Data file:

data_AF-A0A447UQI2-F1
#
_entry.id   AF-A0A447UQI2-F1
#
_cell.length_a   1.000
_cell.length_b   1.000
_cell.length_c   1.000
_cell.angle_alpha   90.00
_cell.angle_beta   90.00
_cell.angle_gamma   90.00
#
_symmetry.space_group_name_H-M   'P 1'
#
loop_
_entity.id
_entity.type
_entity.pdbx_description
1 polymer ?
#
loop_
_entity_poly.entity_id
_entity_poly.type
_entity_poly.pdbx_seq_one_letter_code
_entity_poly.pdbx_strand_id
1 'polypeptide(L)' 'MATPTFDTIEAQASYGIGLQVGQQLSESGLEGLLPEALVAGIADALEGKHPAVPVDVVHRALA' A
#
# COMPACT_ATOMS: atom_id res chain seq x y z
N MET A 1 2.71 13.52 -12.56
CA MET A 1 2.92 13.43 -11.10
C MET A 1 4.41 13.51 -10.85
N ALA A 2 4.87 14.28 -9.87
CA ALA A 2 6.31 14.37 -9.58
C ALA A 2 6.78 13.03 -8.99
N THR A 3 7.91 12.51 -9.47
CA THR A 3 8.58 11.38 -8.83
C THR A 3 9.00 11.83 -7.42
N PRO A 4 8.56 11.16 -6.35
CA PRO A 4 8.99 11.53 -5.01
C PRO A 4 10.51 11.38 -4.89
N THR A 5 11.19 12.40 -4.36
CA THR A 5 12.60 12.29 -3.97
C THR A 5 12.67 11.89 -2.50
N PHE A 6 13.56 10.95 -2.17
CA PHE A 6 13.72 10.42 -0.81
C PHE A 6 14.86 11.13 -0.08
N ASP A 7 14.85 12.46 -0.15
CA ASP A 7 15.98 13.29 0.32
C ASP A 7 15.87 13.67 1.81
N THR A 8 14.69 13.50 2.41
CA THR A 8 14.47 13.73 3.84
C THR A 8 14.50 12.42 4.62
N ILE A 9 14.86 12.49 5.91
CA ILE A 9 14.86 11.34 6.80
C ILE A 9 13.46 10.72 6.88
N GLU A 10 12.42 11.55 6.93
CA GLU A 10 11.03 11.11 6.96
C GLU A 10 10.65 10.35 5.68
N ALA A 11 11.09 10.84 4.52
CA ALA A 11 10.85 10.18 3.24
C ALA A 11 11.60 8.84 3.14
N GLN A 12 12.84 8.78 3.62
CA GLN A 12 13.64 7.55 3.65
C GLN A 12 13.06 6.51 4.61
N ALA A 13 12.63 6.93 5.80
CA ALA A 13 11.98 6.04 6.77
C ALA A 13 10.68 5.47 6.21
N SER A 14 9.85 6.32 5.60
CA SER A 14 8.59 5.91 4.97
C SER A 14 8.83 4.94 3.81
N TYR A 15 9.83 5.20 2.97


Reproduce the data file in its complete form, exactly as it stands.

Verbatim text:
data_AF-A0A447UQI2-F1
#
_entry.id   AF-A0A447UQI2-F1
#
_cell.length_a   1.000
_cell.length_b   1.000
_cell.length_c   1.000
_cell.angle_alpha   90.00
_cell.angle_beta   90.00
_cell.angle_gamma   90.00
#
_symmetry.space_group_name_H-M   'P 1'
#
loop_
_entity.id
_entity.type
_entity.pdbx_description
1 polymer ?
#
loop_
_entity_poly.entity_id
_entity_poly.type
_entity_poly.pdbx_seq_one_letter_code
_entity_poly.pdbx_strand_id
1 'polypeptide(L)' 'MATPTFDTIEAQASYGIGLQVGQQLSESGLEGLLPEALVAGIADALEGKHPAVPVDVVHRALA' A
#
# COMPACT_ATOMS: atom_id res chain seq x y z
N MET A 1 2.71 13.52 -12.56
CA MET A 1 2.92 13.43 -11.10
C MET A 1 4.41 13.51 -10.85
N ALA A 2 4.87 14.28 -9.87
CA ALA A 2 6.31 14.37 -9.58
C ALA A 2 6.78 13.03 -8.99
N THR A 3 7.91 12.51 -9.47
CA THR A 3 8.58 11.38 -8.83
C THR A 3 9.00 11.83 -7.42
N PRO A 4 8.56 11.16 -6.35
CA PRO A 4 8.99 11.53 -5.01
C PRO A 4 10.51 11.38 -4.89
N THR A 5 11.19 12.40 -4.36
CA THR A 5 12.60 12.29 -3.97
C THR A 5 12.67 11.89 -2.50
N PHE A 6 13.56 10.95 -2.17
CA PHE A 6 13.72 10.42 -0.81
C PHE A 6 14.86 11.13 -0.08
N ASP A 7 14.85 12.46 -0.15
CA ASP A 7 15.98 13.29 0.32
C ASP A 7 15.87 13.67 1.81
N THR A 8 14.69 13.50 2.41
CA THR A 8 14.47 13.73 3.84
C THR A 8 14.50 12.42 4.62
N ILE A 9 14.86 12.49 5.91
CA ILE A 9 14.86 11.34 6.80
C ILE A 9 13.46 10.72 6.88
N GLU A 10 12.42 11.55 6.93
CA GLU A 10 11.03 11.11 6.96
C GLU A 10 10.65 10.35 5.68
N ALA A 11 11.09 10.84 4.52
CA ALA A 11 10.85 10.18 3.24
C ALA A 11 11.60 8.84 3.14
N GLN A 12 12.84 8.78 3.62
CA GLN A 12 13.64 7.55 3.65
C GLN A 12 13.06 6.51 4.61
N ALA A 13 12.63 6.93 5.80
CA ALA A 13 11.98 6.04 6.77
C ALA A 13 10.68 5.47 6.21
N SER A 14 9.85 6.32 5.60
CA SER A 14 8.59 5.91 4.97
C SER A 14 8.83 4.94 3.81
N TYR A 15 9.83 5.20 2.97